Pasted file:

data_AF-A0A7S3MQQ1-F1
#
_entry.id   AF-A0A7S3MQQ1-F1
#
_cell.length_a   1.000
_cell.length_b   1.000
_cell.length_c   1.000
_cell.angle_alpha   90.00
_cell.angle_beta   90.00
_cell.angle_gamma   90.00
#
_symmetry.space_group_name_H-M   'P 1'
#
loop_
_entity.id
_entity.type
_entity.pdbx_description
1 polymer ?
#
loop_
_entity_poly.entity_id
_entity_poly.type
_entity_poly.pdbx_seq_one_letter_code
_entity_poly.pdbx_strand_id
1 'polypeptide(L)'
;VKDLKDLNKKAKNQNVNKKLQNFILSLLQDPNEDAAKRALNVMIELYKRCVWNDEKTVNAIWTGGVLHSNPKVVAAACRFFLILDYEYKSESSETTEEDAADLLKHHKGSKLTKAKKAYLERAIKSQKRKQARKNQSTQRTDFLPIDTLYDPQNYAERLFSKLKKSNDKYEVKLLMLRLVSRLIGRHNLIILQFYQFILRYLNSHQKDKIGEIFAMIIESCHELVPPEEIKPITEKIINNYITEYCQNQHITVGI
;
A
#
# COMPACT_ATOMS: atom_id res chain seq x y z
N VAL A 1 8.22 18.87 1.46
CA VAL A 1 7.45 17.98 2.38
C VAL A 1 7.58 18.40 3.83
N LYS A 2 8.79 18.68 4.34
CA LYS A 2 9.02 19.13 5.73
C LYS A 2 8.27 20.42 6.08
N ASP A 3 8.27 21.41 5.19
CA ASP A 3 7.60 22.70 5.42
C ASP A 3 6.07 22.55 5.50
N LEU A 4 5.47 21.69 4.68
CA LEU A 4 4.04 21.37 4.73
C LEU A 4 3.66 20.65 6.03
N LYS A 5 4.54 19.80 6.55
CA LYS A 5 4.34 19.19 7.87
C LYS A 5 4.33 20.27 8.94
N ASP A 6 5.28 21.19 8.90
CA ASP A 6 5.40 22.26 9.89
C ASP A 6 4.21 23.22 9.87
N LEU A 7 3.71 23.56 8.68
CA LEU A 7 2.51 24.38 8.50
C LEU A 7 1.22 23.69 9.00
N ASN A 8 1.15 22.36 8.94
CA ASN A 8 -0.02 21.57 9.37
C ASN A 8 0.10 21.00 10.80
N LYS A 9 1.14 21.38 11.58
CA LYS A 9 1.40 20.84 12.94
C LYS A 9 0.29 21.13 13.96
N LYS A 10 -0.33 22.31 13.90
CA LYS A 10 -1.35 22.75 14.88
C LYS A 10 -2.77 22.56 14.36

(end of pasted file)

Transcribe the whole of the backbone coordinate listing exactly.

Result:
data_AF-A0A7S3MQQ1-F1
#
_entry.id   AF-A0A7S3MQQ1-F1
#
_cell.length_a   1.000
_cell.length_b   1.000
_cell.length_c   1.000
_cell.angle_alpha   90.00
_cell.angle_beta   90.00
_cell.angle_gamma   90.00
#
_symmetry.space_group_name_H-M   'P 1'
#
loop_
_entity.id
_entity.type
_entity.pdbx_description
1 polymer ?
#
loop_
_entity_poly.entity_id
_entity_poly.type
_entity_poly.pdbx_seq_one_letter_code
_entity_poly.pdbx_strand_id
1 'polypeptide(L)'
;VKDLKDLNKKAKNQNVNKKLQNFILSLLQDPNEDAAKRALNVMIELYKRCVWNDEKTVNAIWTGGVLHSNPKVVAAACRFFLILDYEYKSESSETTEEDAADLLKHHKGSKLTKAKKAYLERAIKSQKRKQARKNQSTQRTDFLPIDTLYDPQNYAERLFSKLKKSNDKYEVKLLMLRLVSRLIGRHNLIILQFYQFILRYLNSHQKDKIGEIFAMIIESCHELVPPEEIKPITEKIINNYITEYCQNQHITVGI
;
A
#
# COMPACT_ATOMS: atom_id res chain seq x y z
N VAL A 1 8.22 18.87 1.46
CA VAL A 1 7.45 17.98 2.38
C VAL A 1 7.58 18.40 3.83
N LYS A 2 8.79 18.68 4.34
CA LYS A 2 9.02 19.13 5.73
C LYS A 2 8.27 20.42 6.08
N ASP A 3 8.27 21.41 5.19
CA ASP A 3 7.60 22.70 5.42
C ASP A 3 6.07 22.55 5.50
N LEU A 4 5.47 21.69 4.68
CA LEU A 4 4.04 21.37 4.73
C LEU A 4 3.66 20.65 6.03
N LYS A 5 4.54 19.80 6.55
CA LYS A 5 4.34 19.19 7.87
C LYS A 5 4.33 20.27 8.94
N ASP A 6 5.28 21.19 8.90
CA ASP A 6 5.40 22.26 9.89
C ASP A 6 4.21 23.22 9.87
N LEU A 7 3.71 23.56 8.68
CA LEU A 7 2.51 24.38 8.50
C LEU A 7 1.22 23.69 9.00
N ASN A 8 1.15 22.36 8.94
CA ASN A 8 -0.02 21.57 9.37
C ASN A 8 0.10 21.00 10.80
N LYS A 9 1.14 21.38 11.58
CA LYS A 9 1.40 20.84 12.94
C LYS A 9 0.29 21.13 13.96
N LYS A 10 -0.33 22.31 13.90
CA LYS A 10 -1.35 22.75 14.88
C LYS A 10 -2.77 22.56 14.36